When pups are mature and have learned all the skills needed for their careers, they are ready for placement…

Man kneeling with black dog
At about 24 months of age, pups move on to their next career changing the lives of EENP clients. As assistance dogs, they integrate so fully into clients' lives that clients forget they have physical limitations.

An EENP dog starts a second career of changing lives once she finishes training in ABEL and is partnered with a client who has a disability.

EENP places two kinds of assistance dogs: mobility service dogs assist clients with a variety of tasks such as retrieving items and opening doors, while medical alert dogs use their phenomenal sense of smell to detect changes in medical conditions like diabetes.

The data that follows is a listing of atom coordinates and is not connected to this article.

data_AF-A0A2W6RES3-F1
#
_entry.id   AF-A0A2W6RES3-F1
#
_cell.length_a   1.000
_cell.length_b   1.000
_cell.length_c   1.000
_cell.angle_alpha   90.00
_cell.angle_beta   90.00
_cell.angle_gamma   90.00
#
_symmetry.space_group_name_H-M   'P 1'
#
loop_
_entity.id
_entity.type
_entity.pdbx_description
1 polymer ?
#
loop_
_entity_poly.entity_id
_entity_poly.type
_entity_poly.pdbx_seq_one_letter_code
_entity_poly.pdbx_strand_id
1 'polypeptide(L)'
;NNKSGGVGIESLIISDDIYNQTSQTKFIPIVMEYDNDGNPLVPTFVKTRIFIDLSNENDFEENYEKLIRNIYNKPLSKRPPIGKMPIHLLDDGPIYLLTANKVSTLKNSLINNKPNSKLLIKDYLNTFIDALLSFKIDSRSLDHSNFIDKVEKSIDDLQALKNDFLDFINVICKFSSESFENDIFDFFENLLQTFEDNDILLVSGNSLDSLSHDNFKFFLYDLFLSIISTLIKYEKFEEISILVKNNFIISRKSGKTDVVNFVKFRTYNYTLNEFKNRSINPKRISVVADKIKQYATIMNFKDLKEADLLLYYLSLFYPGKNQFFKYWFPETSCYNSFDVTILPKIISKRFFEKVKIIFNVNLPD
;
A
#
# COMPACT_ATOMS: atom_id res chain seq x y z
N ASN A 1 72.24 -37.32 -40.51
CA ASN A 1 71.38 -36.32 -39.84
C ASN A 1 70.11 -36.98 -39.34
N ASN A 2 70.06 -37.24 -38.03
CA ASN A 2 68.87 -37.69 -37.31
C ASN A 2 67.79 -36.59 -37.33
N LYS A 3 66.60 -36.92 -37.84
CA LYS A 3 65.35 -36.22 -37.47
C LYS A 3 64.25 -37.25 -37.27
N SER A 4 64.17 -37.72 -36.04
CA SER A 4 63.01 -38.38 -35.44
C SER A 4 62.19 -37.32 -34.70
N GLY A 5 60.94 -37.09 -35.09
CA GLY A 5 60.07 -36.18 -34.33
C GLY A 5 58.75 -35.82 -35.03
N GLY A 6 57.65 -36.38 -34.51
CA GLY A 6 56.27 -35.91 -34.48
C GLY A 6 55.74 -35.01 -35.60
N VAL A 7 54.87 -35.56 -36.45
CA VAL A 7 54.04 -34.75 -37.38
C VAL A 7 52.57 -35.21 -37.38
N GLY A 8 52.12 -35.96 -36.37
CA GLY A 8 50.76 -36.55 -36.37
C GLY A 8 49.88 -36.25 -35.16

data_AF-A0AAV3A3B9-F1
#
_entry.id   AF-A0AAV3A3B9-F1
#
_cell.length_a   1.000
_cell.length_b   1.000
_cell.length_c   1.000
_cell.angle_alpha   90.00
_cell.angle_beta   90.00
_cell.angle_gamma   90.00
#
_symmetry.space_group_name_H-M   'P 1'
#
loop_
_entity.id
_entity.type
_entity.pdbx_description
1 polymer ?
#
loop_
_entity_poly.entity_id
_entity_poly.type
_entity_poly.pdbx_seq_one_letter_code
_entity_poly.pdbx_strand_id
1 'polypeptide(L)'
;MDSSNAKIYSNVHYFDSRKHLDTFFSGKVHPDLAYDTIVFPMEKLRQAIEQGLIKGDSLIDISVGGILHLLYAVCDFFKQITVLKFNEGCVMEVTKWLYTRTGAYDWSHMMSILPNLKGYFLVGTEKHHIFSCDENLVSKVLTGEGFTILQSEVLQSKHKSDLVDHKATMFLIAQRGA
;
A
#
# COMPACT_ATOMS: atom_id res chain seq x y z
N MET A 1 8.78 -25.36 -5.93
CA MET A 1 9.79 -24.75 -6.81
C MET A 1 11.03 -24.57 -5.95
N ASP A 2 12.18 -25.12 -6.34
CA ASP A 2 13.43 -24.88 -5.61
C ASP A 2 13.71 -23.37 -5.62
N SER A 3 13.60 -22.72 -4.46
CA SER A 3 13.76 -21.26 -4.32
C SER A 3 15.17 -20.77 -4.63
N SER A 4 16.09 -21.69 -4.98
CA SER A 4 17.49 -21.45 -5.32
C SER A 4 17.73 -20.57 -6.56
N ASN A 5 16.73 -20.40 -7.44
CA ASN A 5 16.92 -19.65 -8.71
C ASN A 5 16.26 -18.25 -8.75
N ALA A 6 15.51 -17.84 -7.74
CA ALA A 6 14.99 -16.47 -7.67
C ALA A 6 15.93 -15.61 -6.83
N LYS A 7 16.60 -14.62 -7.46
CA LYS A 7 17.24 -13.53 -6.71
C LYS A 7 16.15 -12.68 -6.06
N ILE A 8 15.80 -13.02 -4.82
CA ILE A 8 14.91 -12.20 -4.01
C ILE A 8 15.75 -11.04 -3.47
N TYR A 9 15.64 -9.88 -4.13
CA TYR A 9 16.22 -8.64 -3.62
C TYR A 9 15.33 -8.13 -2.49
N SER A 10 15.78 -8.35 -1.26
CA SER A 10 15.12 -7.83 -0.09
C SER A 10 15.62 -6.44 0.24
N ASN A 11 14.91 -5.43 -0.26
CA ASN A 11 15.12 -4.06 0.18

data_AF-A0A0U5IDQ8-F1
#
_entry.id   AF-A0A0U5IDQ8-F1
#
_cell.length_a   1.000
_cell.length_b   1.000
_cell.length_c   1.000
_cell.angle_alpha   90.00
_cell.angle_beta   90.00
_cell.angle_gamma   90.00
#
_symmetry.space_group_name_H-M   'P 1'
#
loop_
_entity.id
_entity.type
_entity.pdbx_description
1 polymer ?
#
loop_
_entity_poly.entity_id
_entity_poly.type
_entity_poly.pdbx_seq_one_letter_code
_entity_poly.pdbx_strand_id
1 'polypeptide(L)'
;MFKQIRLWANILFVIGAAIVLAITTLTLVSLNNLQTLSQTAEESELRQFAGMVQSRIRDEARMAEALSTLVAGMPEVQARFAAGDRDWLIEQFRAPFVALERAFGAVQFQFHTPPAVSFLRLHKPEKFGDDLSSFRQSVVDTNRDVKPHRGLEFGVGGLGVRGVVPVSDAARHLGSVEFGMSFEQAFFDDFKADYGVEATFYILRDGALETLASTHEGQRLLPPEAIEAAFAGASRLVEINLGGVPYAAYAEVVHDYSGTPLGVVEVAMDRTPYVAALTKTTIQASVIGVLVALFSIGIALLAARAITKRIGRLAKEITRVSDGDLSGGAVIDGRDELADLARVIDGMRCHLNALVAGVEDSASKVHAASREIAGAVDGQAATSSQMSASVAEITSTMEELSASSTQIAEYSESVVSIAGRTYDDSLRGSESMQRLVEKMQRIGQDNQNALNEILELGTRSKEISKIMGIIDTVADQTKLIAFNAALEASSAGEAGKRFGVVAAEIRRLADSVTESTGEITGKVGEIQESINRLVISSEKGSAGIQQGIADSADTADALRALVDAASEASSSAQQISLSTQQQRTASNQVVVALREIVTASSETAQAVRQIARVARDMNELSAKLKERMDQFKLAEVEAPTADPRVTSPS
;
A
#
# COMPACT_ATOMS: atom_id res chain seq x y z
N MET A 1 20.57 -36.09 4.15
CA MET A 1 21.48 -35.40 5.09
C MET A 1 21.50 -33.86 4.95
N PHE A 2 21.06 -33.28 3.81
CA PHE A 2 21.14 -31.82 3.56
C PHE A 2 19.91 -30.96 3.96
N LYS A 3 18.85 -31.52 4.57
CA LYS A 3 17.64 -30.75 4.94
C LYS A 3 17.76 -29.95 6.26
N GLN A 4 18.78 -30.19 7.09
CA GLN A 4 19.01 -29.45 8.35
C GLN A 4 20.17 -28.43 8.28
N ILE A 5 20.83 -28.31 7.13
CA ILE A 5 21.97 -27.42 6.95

Over the course of a partnership, an assistance dog can provide more than 50,000 hours of service for a client.

Although EENP dogs can literally save the lives of our clients, the life-changing nature of the partnership is really an everyday event. Through daily assistance to our clients with tasks like turning on a light switch, monitoring blood sugar levels, or bringing an insulin kit, the amazing value of the relationship comes to life: assistance dog partnerships offer our clients improved health and safety, increased independence, and more integration into their communities.

It takes 1.5 to 2 years to train an assistance dog, and only about half of the dogs who enter training meet the demanding standards to become assistance dogs.

An assistance dog can work for 8-10 years, but partnerships don’t last forever. At some point, our dogs are ready for a career change…